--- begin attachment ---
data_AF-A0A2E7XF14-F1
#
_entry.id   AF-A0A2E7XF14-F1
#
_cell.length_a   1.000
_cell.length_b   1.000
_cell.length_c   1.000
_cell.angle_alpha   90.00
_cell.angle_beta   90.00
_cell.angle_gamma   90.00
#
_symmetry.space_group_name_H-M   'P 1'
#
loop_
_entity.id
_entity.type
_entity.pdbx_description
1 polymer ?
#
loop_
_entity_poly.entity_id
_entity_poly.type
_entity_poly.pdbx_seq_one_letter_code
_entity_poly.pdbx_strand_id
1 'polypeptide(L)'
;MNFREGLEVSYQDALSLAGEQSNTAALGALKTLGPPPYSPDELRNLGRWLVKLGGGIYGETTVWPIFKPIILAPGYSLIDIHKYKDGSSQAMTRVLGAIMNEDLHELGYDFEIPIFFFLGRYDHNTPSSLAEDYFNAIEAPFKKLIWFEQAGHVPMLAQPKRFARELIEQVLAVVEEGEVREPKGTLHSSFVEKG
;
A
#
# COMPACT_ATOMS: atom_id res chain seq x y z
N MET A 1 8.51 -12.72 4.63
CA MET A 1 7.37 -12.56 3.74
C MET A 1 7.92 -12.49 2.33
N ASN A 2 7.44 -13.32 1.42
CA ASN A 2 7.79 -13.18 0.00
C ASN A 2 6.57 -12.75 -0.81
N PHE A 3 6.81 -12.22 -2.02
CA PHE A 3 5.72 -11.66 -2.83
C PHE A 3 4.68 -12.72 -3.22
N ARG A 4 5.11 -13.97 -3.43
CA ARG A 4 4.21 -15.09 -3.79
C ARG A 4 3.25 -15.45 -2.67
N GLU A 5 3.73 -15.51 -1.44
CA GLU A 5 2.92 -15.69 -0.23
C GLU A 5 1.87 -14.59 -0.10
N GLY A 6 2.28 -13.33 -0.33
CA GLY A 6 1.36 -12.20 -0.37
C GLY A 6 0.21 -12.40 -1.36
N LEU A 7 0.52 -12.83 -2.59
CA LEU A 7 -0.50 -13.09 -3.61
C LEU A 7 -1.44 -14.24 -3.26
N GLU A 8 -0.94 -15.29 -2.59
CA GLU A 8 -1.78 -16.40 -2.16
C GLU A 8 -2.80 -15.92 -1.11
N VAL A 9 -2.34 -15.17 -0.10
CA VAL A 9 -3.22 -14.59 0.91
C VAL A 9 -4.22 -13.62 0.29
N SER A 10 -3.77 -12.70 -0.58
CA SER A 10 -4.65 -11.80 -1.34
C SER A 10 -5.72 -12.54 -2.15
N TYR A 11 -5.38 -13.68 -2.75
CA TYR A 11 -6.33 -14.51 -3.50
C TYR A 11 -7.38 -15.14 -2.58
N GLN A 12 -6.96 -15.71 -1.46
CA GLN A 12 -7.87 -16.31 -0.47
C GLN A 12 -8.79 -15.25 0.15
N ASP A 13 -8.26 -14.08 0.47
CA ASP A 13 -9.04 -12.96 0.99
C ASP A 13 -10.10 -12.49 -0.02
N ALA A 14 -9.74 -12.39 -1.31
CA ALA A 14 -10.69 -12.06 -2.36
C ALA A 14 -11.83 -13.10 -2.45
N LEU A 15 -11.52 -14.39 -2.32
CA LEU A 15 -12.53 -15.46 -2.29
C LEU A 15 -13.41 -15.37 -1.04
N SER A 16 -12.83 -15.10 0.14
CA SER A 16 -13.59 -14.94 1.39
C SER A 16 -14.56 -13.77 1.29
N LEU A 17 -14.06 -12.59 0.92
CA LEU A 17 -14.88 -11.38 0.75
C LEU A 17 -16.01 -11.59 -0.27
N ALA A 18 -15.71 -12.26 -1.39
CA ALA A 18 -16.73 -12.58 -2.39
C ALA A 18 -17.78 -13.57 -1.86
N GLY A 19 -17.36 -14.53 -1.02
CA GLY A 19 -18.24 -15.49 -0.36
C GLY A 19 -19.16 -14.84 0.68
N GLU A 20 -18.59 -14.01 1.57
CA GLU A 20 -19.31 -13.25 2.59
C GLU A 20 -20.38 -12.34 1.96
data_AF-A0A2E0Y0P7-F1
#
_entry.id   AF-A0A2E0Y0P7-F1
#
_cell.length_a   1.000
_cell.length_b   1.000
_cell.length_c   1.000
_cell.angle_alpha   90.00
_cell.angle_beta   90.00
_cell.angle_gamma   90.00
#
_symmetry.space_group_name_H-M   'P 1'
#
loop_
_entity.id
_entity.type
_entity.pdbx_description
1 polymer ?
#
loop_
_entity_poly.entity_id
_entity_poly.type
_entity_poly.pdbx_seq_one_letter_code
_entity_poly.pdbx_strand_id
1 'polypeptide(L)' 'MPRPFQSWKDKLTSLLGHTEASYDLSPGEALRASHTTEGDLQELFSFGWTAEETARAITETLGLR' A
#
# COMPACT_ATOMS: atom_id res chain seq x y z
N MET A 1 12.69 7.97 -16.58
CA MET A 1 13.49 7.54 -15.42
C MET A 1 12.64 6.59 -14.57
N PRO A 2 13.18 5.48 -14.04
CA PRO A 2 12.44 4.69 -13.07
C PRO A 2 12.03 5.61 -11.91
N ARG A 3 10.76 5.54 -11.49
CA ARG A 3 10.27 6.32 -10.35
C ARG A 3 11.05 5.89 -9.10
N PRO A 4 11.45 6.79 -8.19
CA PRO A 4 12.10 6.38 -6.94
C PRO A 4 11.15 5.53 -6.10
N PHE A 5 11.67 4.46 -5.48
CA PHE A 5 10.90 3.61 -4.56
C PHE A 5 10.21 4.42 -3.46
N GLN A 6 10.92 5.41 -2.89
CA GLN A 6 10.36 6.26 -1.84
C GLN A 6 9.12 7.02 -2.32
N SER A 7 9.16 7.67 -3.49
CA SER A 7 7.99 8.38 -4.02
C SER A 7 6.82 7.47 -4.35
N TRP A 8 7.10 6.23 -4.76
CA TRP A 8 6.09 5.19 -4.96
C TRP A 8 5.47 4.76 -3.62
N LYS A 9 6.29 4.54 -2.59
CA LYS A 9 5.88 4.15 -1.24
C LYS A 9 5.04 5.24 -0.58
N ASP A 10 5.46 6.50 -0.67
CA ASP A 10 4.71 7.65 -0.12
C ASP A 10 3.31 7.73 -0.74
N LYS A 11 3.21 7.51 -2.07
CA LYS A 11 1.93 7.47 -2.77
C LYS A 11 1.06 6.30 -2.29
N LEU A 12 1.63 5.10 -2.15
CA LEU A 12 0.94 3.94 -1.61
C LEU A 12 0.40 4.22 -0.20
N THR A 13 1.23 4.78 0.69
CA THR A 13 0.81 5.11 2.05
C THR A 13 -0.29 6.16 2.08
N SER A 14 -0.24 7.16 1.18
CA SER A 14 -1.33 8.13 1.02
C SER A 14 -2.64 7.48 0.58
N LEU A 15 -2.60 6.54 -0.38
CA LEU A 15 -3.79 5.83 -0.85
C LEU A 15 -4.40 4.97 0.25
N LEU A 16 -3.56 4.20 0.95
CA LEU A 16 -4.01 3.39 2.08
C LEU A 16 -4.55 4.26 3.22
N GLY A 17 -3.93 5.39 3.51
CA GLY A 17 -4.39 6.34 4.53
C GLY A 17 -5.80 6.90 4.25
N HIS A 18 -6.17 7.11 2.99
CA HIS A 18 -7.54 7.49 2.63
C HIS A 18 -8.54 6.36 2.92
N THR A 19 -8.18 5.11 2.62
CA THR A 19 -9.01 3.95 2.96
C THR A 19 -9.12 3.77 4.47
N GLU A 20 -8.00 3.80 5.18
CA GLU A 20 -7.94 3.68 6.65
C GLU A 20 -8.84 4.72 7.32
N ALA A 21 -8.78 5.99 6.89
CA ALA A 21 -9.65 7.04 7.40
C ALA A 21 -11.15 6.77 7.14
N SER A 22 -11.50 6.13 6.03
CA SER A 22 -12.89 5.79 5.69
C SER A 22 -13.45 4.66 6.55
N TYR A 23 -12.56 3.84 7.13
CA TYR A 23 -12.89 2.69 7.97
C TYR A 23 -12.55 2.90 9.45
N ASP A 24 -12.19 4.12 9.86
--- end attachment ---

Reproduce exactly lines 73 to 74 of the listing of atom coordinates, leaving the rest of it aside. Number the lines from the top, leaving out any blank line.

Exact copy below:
N LEU A 15 -11.52 -14.39 -2.32
CA LEU A 15 -12.53 -15.46 -2.29